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Sonatas Nos. 8, 14 & 23 [recordings] by…

Sonatas Nos. 8, 14 & 23 [recordings]

by Ludwig van Beethoven

Other authors: See the other authors section.

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Ludwig van Beethoven (1770–1827)

Piano Sonata No. 8 in C minor, Op. 13 “Pathétique”

[1] I. Grave – Allegro di molto e con brio
[2] II. Adagio cantabile
[3] III. Rondo: Allegro
Piano Sonata No. 23 in F minor, Op. 57 “Appassionata”
[4] I. Allegro assai
[5] II. Andante con motto –
[6] III. Allegro, ma non troppo
Piano Sonata No. 14 in C sharp minor, Op. 27 No. 2 “Moonlight”
[7] I. Adagio sostenuto –
[8] II. Allegretto –
[9] III. Presto agitato
[10] Rondo in G major, Op. 51 No. 2

Claudio Arrau, piano

Recorded: 6/1962 (Moonlight) & 9/1963 (Pathetique, Rondo), Bachzaal, Amsterdam; 9/1965, Kleine Zaal, Concertgebouw, Amsterdam (Appassionata).

Decca, 2010. 74:15. Decca Originals. Liner notes by Jeremy Hayes.


This album was probably supposed to contain the Waldstein Sonata instead of the Rondo, as in the case of Wilhelm Kempff on a rival label, but Arrau’s penchant for slow tempi apparently thwarted that plan. Nevertheless, this is a wonderful sample from the art of one of the greatest Beethovenians from the last century. Arrau was in his late fifties and early sixties when he made his first, and only, complete recording of the sonatas, from which these three are extracted, and he was also very much in his prime. There is much to be said for his late remakes from the 1980s of all but two of the sonatas, but these autumnal performances, remarkable though they are, remain a second choice. The accounts from the 1960s give you Arrau at his absolute best, powerful without banging, subtly paced without being dragged, and really quite unlike any other pianist. You can be sure that the slow tempi and the careful phrasing are the result, not of any technical deficiency, but of conscious and well thought out choice. Arrau’s technique was in fact stupendous, good enough to impress no less a critic than Harold Schonberg – not the easiest man to impress, to be sure. But you listen to Arrau for his profound musicianship, not for his technique (which he hides so well that you barely notice it). The sound is surprisingly fine. I say “surprisingly” because generally Arrau was not lucky with his recording engineers; but in this case they managed to achieve natural fullness and impeccable clarity at the same time. If you want to know why Claudio Arrau is all but worshipped in Beethoven, you needn’t look further than this album. (But I do suggest you also try his concertos with Bernard Haitink from 1964 – or at least the remakes with Colin Davis from the 1980s.) ( )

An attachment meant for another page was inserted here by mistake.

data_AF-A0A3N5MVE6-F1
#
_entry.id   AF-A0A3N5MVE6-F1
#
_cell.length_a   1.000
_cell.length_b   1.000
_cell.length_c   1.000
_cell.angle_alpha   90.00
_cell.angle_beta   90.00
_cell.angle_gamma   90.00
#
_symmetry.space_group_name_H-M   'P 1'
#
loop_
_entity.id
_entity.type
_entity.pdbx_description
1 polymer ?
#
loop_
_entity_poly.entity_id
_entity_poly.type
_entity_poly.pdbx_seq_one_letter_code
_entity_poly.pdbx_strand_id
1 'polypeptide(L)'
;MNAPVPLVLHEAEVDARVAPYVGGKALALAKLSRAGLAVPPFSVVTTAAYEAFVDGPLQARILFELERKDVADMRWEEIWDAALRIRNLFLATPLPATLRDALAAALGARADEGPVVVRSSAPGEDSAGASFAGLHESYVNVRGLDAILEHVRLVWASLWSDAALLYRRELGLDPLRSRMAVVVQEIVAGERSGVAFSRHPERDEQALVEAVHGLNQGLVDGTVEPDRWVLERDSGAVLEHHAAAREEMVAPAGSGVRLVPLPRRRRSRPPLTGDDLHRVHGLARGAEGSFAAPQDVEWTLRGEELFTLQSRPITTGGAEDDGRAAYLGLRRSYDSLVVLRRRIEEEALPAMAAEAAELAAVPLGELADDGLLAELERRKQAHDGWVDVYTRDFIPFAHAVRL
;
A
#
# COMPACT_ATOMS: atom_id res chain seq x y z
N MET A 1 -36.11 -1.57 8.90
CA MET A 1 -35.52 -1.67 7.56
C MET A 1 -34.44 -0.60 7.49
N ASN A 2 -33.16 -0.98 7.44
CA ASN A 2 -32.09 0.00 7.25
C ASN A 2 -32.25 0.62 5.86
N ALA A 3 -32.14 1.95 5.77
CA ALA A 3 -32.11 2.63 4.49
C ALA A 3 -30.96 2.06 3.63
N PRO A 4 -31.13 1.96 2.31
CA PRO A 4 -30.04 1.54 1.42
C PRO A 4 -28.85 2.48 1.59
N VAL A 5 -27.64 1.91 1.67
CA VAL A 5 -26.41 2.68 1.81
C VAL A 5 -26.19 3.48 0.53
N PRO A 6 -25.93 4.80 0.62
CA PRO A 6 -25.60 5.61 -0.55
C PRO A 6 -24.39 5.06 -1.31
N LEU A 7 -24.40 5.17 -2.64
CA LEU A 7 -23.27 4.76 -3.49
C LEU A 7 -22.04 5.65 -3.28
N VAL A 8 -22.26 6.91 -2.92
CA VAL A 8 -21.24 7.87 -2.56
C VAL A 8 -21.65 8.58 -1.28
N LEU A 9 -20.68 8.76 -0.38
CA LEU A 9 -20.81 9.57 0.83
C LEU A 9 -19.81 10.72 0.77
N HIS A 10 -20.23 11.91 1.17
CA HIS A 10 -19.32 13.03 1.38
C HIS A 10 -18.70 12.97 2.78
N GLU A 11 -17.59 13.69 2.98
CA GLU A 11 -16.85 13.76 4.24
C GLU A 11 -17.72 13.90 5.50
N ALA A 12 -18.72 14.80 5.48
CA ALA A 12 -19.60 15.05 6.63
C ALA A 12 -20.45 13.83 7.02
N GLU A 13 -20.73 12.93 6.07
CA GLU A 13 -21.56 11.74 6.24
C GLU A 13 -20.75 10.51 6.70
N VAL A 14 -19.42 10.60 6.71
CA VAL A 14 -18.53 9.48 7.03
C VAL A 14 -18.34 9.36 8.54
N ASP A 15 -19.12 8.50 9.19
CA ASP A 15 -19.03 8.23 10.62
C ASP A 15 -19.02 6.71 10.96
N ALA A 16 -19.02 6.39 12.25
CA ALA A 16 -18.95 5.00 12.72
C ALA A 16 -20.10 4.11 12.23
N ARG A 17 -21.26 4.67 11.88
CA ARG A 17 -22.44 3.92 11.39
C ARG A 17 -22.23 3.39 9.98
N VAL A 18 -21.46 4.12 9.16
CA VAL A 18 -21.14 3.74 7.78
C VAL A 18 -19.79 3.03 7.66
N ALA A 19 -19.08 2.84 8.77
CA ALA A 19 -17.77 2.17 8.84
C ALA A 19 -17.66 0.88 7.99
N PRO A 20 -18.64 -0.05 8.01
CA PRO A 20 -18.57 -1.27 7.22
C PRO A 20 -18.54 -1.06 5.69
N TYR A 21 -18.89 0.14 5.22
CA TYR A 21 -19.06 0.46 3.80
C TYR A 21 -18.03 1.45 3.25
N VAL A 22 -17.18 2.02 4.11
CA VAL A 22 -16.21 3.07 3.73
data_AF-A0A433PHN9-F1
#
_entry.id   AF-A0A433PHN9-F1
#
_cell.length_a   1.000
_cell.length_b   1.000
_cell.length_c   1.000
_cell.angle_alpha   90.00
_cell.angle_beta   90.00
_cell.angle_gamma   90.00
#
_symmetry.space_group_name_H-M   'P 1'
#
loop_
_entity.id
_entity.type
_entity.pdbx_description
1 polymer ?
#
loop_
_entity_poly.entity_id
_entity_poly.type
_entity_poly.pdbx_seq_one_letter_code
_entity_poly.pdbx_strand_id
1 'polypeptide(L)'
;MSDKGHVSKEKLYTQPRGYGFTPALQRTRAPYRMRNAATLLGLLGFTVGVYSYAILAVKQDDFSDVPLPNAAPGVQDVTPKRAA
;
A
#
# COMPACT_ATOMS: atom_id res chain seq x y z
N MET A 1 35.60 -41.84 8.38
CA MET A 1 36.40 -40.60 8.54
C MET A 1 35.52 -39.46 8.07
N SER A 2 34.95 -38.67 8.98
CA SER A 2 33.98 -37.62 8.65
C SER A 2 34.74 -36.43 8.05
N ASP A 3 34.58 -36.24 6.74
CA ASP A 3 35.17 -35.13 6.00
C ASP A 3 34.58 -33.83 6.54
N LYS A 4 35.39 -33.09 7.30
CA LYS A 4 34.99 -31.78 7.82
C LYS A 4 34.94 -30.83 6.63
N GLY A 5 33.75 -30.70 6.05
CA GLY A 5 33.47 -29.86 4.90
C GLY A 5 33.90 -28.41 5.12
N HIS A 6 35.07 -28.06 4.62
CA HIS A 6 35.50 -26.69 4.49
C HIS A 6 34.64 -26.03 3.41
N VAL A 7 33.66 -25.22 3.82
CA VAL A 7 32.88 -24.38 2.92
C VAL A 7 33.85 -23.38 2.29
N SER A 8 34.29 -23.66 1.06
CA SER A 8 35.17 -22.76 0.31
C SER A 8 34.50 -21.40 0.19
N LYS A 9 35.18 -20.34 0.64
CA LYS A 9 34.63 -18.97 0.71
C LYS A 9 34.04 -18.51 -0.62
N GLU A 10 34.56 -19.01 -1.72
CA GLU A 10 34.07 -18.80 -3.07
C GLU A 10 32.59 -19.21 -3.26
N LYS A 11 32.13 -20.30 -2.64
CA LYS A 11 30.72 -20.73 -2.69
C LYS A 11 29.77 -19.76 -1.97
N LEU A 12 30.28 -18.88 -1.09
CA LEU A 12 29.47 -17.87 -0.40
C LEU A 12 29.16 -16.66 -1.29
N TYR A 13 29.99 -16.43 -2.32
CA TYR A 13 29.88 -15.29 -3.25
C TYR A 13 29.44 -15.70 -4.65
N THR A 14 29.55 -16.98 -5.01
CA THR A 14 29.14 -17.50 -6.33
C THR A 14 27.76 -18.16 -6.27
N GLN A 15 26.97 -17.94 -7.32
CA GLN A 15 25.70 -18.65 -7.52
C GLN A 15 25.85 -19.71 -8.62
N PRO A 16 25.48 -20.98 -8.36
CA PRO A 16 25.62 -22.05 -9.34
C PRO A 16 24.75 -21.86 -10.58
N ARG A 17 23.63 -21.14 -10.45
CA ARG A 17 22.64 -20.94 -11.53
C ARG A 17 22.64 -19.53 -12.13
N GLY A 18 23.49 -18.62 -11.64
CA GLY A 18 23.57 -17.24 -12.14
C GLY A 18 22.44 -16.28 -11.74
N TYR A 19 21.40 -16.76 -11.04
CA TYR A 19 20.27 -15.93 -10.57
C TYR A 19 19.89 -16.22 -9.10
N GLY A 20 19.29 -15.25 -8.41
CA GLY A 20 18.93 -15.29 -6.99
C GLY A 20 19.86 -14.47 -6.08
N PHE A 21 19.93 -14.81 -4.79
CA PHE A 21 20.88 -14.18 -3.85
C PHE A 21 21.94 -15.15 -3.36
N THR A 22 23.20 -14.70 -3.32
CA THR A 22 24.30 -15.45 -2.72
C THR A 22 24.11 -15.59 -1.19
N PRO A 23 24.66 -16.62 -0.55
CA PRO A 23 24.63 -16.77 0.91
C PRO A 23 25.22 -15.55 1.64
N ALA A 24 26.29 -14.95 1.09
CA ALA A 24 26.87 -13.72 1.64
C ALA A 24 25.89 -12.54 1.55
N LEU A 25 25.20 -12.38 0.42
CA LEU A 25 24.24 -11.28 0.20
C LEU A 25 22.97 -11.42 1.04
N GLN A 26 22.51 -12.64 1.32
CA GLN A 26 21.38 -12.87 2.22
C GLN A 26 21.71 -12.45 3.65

Waldstein | Sep 22, 2016 |
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» Add other authors (4 possible)

Author nameRoleType of authorWork?Status
van Beethoven, Ludwigprimary authorall editionsconfirmed
Arrau, Claudiomain authorsome editionsconfirmed
Backhaus, Wilhelmpianomain authorsome editionsconfirmed
Gould, Glennmain authorsome editionsconfirmed
Serkin, Rudolfmain authorsome editionsconfirmed
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Please combine here only complete recordings of these three sonatas. Bonus tracks are allowed (e.g. Rondo 51/2), but in case of whole new sonatas (e.g. Waldstein), please keep separate.
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